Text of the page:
Anti-Abortion Group’s Effort To Defund Family Planning Clinics Backfires Spectacularly

Apr 7, 2015 by


Signs of support to counter the right-wing picketers outside the family planning clinic

Signs of support to counter the right-wing picketers outside the family planning clinic

CREDIT: Courtesy of Maine Family Planning

This week, cialis a network of family planning clinics in Maine raised thousands of dollars to help fund its abortion services, medicine thanks to an assist from a particularly unlikely source: A major anti-choice group in the state.

The outcome certainly isn’t what the Christian Civic League of Maine (CCL) was hoping for. Just a few days ago, salve the right-wing group sent out an email blast to its supporters proclaiming that its prayers had successfully defunded abortion in Maine. CCL leaders said that God was acting on abortion opponents’ prayers because Maine Family Planning, an organization comprised of 18 reproductive health clinics across the state, didn’t meet its annual fundraising goal.

Every year, as CCL spends the period leading up to Easter picketing outside of women’s health clinics — an effort popularized by anti-abortion groups that’s known as “40 Days for Life” — Maine Family Planning runs a parallel campaign soliciting donations for its work. Donors are encouraged to send in messages of support to help counter the graphic anti-abortion images displayed on CCL activists’ signs during the 40 Days for Life protests, which plague Maine’s clinics daily during Lent.

That fundraising drive usually raises about $10,000 for the clinics; but this Lenten season, the family planning organization only raised a little more than $5,000. CCL credited the discrepancy to divine intervention.

That move caught the attention of a few prominent bloggers, who decided to change the conversation. Mike Tipping, who writes for the Bangor Daily News, encouraged his readers to donate to Maine Family Planning to prove CCL wrong about God’s attitude toward reproductive health services. Popular sex columnist and LGBT activist Dan Savage followed suit, telling his followers to “make the haters at Maine’s Christian Civic League regret sending out that email blast by donating to Maine Family Planning and pushing them past last year’s fundraising total.”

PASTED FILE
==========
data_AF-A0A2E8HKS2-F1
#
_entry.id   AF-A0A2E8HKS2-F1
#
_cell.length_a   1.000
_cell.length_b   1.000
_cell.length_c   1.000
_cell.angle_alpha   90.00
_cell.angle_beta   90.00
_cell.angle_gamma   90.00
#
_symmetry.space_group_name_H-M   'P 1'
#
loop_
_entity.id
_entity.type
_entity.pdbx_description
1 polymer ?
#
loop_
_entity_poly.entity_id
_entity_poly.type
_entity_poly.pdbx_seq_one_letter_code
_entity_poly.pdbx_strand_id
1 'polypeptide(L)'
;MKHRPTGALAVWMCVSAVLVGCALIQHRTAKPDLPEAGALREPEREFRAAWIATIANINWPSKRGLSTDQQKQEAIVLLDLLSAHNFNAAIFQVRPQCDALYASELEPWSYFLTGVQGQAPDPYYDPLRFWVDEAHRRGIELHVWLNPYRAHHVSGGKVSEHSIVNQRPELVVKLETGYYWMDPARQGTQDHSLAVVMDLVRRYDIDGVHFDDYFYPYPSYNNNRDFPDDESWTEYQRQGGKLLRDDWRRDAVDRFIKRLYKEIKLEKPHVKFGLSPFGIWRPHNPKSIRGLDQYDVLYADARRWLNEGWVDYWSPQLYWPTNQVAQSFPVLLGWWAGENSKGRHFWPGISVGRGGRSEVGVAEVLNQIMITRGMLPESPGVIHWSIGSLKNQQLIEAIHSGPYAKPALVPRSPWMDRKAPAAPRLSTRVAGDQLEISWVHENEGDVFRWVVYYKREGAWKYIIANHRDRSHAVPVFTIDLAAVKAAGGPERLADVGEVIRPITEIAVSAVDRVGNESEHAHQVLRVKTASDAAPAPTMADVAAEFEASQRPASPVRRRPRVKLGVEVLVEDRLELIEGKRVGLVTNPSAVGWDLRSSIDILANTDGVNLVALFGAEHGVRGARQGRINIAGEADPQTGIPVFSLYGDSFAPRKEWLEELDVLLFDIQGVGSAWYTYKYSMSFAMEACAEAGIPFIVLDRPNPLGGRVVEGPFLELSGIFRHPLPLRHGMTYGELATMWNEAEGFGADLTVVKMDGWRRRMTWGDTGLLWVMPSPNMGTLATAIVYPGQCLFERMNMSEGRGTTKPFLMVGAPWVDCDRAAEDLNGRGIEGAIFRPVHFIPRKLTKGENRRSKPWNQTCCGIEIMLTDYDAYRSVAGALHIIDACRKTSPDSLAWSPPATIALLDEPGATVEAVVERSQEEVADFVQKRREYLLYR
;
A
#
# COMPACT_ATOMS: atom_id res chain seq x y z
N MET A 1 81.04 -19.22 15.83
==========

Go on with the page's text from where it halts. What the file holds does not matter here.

It worked. According to Jennifer Thibodeau, the director of communications and marketing at Maine Family Planning, the group has raised nearly $7,000 in the past three days alone — pushing this year’s total funds past $12,000. Contributions have poured in from 169 new donors across 14 states.

Since Maine Family Planning receives federal Title X funds to finance its preventative health services, those private donations are necessary to support other programs that are cut off from federal dollars, like abortion services and transgender health care.

Thibodeau told ThinkProgress that, since Tipping’s and Savage’s blog posts were published, the organization has received a lot of positive notes from religious people expressing their support for the work of Maine Family Planning. “Thank you for the work you do and please pay no attention to the ‘Maine Christian Civic League.’ They know very little about God,” one message read.

“The sentiment that people aren’t interested in anti-women rhetoric and discrimination in the name of religion — that definitely came across here,” Thibodeau said. “We’re getting the message that people of faith do support women’s right to make choices, and trust women to make the decisions that are good for themselves and their families.”

Despite the fact that the conservative opposition to abortion and birth control is typically framed in terms of religion, there are plenty of religious Americans who do support reproductive health services, family planning, and abortion. In fact, in the years before Roe v. Wade, faith leaders were some of the fiercest advocates of legalizing abortion in order to prevent women from dying due to unsafe procedures. Last year, several progressive clergy members launched a new campaign specifically to push back on the Religious Right on issues of reproductive rights.

Thibodeau acknowledged that her group’s annual fundraiser is a relatively small campaign for an organization that operates 18 clinics. But she said her staff is really happy to see so much support for their patients from across the country.

“It is a feel-good story,” she said. “We’re all feeling really encouraged by this.”

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